Even if the $310 million disparity between revenue projections and tax collections turns out to have been a two-month phenomenon rather than the start of a cliff dive, Kansans should demand that candidates, including likely Democratic gubernatorial nominee Paul Davis, say how they’d handle the state’s worrisome finances.
As the Kansas City Star recently reported, Davis freely criticizes Gov. Sam Brownback’s historic income tax cuts for sharply reducing revenues while failing to deliver the promised economic dividends. But Davis, the House minority leader and a Lawrence attorney, can’t turn back time and refight the 2012 duel between the House and Senate that led to the deeply flawed tax reform. He needs to articulate the way forward as he sees it.
Telling voters what he told the Star – “I’m just spending a lot of time talking to business leaders and community leaders about how they believe we ought to grow the economy” – is dodging the question. So is promising to unveil plans later in the campaign.
Would Davis advocate that lawmakers raise taxes? Would he tell the 190,000 or so business owners who just saw their personal income taxes eliminated to pay up again?
Because any tax increases seem highly unlikely given the conservative dominance and leadership in the Legislature, this question goes to the heart of whether Davis could be an effective governor.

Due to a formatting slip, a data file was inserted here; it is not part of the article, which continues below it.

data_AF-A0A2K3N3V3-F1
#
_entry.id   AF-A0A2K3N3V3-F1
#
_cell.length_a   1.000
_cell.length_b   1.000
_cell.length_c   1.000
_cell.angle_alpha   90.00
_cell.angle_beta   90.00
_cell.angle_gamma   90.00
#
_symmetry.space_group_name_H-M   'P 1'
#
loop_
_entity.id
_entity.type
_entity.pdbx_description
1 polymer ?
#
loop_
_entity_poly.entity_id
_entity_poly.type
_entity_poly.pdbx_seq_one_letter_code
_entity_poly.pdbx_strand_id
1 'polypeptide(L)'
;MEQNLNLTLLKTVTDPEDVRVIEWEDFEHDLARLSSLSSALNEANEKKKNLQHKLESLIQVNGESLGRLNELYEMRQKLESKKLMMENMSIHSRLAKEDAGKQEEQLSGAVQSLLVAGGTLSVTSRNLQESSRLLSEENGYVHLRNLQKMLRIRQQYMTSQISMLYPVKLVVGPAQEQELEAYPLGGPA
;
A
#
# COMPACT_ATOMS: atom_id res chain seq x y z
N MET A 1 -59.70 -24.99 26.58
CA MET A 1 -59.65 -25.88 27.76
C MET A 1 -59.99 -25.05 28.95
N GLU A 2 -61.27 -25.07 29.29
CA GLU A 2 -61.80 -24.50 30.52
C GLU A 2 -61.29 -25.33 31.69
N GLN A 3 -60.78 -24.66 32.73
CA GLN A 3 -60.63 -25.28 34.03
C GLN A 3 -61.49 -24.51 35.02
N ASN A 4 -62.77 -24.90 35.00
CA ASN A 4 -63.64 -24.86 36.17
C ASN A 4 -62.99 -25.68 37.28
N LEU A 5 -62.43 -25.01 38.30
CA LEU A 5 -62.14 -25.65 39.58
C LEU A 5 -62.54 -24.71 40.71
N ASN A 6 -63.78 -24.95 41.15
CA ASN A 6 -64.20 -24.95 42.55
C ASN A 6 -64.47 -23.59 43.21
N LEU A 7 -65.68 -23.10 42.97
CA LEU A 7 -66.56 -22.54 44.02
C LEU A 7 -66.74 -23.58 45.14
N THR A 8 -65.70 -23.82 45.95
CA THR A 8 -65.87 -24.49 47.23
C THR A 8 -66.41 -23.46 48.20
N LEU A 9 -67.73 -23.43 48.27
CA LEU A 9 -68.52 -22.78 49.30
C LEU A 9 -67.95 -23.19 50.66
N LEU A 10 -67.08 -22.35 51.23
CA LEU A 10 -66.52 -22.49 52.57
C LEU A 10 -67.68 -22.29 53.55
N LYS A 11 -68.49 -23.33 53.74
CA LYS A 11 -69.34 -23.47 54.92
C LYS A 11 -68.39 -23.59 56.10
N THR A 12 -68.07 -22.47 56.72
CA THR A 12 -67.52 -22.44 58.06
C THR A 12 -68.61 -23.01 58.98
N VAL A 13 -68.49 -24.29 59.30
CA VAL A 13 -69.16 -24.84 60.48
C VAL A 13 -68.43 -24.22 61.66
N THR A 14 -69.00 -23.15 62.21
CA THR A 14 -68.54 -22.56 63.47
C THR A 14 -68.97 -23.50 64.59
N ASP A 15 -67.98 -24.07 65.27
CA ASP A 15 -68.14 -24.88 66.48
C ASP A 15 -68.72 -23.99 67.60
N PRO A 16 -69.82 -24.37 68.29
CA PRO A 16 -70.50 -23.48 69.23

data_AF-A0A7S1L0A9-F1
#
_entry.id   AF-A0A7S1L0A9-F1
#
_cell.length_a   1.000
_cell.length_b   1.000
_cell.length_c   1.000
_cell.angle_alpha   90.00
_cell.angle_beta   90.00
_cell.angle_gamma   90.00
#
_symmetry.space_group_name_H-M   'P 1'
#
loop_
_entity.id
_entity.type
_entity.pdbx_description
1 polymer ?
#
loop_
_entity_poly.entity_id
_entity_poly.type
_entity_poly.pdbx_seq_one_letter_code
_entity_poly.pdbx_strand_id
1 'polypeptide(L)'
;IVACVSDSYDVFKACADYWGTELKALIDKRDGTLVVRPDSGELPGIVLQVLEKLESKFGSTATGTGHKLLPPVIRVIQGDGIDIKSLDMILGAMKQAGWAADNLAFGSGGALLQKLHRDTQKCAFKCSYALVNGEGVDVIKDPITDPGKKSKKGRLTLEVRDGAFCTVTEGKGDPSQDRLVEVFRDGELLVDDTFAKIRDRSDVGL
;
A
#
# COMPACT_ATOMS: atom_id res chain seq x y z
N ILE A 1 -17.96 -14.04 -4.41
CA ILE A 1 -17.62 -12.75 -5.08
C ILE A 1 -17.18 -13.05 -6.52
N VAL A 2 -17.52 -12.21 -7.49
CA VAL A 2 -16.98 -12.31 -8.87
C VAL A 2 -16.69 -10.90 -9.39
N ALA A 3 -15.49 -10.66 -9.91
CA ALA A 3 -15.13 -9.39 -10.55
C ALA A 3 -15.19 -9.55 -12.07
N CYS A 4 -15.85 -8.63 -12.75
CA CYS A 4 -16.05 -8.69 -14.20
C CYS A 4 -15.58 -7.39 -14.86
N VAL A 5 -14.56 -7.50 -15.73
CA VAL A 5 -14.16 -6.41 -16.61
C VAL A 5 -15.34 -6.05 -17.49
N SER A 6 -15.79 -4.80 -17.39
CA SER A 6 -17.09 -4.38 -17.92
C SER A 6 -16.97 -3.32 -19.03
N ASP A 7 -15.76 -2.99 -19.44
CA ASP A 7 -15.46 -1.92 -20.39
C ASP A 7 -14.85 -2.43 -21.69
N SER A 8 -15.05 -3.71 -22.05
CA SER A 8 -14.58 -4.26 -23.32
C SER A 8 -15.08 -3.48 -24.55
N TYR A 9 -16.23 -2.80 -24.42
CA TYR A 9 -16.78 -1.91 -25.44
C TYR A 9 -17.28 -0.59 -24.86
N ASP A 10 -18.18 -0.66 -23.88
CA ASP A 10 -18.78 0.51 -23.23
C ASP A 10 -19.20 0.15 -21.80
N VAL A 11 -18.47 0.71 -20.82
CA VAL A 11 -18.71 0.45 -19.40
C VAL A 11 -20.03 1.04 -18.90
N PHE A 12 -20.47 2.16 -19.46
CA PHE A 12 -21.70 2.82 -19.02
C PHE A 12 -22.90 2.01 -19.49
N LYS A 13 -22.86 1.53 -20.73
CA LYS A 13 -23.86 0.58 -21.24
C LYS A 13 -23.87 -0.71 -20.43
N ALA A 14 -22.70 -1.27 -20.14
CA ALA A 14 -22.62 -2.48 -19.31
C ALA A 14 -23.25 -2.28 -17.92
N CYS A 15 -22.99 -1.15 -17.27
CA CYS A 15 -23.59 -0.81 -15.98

The many candidates of both parties running against the status quo have a similar responsibility to do more than say what’s wrong.
If they would raise taxes, which ones and when? If they would just slow down the phase-in of the still pending income tax cuts, and cut spending to better match available revenues, they need to specify that, too.
Of course, the culpability for the tax cuts falls on Brownback and many of the incumbent House members now running with him for re-election. They need to be pinned down on what they plan to do once reserves can’t cover the gap between revenues and spending.
What actions would they take to reassure Moody’s Investors Service, which recently downgraded the state’s credit rating, that Kansas is on a sustainable fiscal course?
It’s easy to declare it great news that government has less to spend and to call vaguely for more and more spending cuts. But in 2014 lawmakers and the governor already had to backtrack on reductions made in 2013 for corrections and higher education; in the case of prisons, the cuts went too deep for public safety. Cutting is far harder than it sounds, especially after years of reductions across agencies affecting core services and vulnerable populations.
As the tax cuts put stress on the state budget, voters need to ask incumbents and challengers alike to explain how they’d make things right.